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Ex-grocer's full heart led him to fill bellies

Robert Dominguez was a hero on many fronts, earning a Purple Heart in war and earning the gratitude of a local food bank for his generosity.

By RON MATUS
© St. Petersburg Times
published July 12, 2002


ROBERT DOMINGUEZ
1924-1992

* * *

RIVERSIDE HEIGHTS -- At the Divine Providence Food Bank, they called him "Mr. D."

Robert Dominguez began volunteering after his wife, Ruth, a part-time employee, began showing symptoms of Alzheimer's disease.

He stayed for 15 years.

He sorted food. Cooked hot meals for low-income children. And for the staff, served his specialty: fried turkey.

"He was such a kind man," said Sherryl Herbert, the food bank's executive director. "He never said no."

Mr. Dominguez, an Ybor City native, World War II veteran and former owner of the Bay Front Market in Palmetto Beach, died June 28. He was 77.

Mr. Dominguez spent a lifetime providing for others.

If customers at his grocery didn't have enough money, he would let them pay later, said his son, Robert Dominguez Jr.

In France during World War II, he used a machine gun to kill a cow so he and his fellow troops could have fresh meat, his son said.

He helped butcher it in the face of enemy fire.

Family and history shaped him.

Mr. Dominguez, one of seven children, grew up during the Depression.

"They were never well off," his son said. "He learned to share."

Mr. Dominguez and his late brother Jimmy owned their market on 22nd Street store for 40 years, his son said. They sold it in 1988 after the state bought half the parking spaces to widen the road.

About that time, Mr. Dominguez, a Riverside Heights resident, began volunteering at the food bank, which until May was a block north of Kennedy Boulevard. Now it's on Adamo Drive, east of downtown.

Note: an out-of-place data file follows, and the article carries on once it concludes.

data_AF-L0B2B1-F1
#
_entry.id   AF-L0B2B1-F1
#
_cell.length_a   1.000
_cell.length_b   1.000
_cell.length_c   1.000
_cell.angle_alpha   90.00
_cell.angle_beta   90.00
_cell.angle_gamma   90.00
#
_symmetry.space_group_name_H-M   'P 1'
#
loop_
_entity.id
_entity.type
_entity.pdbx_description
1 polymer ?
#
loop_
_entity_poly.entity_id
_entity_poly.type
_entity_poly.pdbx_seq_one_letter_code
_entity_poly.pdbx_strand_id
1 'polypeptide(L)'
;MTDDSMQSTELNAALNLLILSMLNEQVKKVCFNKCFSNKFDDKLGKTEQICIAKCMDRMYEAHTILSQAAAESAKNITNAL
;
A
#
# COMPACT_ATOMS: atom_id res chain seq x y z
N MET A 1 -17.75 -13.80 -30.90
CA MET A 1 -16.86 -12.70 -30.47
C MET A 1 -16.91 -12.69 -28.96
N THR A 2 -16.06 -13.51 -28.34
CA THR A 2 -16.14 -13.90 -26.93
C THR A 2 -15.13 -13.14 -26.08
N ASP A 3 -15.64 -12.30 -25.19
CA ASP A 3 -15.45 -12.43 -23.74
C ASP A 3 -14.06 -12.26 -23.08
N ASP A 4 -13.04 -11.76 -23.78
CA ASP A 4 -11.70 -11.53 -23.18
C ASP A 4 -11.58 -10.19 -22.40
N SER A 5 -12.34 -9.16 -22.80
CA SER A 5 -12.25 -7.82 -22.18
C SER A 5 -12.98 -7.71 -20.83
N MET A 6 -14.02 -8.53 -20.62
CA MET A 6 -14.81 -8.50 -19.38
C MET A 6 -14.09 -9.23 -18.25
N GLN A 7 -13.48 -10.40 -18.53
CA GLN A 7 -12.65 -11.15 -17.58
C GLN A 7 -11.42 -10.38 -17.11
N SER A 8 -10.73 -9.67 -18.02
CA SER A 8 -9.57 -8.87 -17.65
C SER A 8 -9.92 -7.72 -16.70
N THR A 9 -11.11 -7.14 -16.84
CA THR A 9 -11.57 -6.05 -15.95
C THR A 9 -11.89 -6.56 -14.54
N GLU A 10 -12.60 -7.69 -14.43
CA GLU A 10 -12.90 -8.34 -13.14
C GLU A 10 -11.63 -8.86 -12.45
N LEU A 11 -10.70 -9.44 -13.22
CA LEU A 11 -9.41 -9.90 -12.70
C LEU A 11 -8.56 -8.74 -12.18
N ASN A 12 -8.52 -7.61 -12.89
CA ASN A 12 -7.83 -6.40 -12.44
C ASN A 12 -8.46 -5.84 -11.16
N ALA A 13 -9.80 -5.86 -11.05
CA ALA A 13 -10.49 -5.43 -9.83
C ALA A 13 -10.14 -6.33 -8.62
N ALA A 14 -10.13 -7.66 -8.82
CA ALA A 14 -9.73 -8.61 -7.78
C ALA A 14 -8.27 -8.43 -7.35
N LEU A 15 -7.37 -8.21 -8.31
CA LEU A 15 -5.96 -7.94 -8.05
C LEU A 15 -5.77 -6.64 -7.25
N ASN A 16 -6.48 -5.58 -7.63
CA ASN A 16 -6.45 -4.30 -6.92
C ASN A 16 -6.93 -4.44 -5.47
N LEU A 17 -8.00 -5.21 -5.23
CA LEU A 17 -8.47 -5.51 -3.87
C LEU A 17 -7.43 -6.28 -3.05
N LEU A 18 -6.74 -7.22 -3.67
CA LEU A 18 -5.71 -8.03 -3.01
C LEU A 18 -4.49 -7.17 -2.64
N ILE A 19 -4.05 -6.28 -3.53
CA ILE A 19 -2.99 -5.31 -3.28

At first, he helped his wife work. But he continued after she was no longer able.

Once a week for years, Mr. Dominguez drove his pickup to Dover for a load of eggs. On Sundays, he parked in hot church parking lots, waiting for parishioners to come out with their food donations. Sometimes when the food bank distributed in Latino neighborhoods, Mr. Dominguez would go along as the interpreter.

Divine Providence officials said only one other individual has logged more volunteer time.

Mr. Dominguez was "probably the last of a breed," said Betty Kolby, the food bank's resource development director.

He always wanted to work, she said. He always wanted to help.

Friends described Mr. Dominguez as quiet, modest.

He never talked about the war or the shrapnel still in his leg.

He never talked about his Purple Heart.

Friends said he'd rather make a big dinner of spaghetti or sausage. Or fry a turkey.

At his funeral, family members noted that he always cooked for a crowd.

"He never cooked a little," Herbert said.

For years, Mr. Dominguez brought his wife to the food bank every time he went to volunteer. But in June she was admitted to a nursing home.

They were married 53 years ago this week.

"He was heartbroken," his son said.

Soon after, Mr. Dominguez visited his son's home in South Carolina so he could take a break. He died a few days later.

Mr. Dominguez was buried July 3, with full military honors, at Florida National Cemetery in Bushnell.

Survivors include his wife, Ruth; a daughter, Claudia Robb; sons Tracy, Robert and Richard; sisters, Cecilia Dominguez and Mary Caruso; seven grandchildren and two great-grandchildren.

-- Ron Matus can be reached at 226-3405 or matus@sptimes.com.

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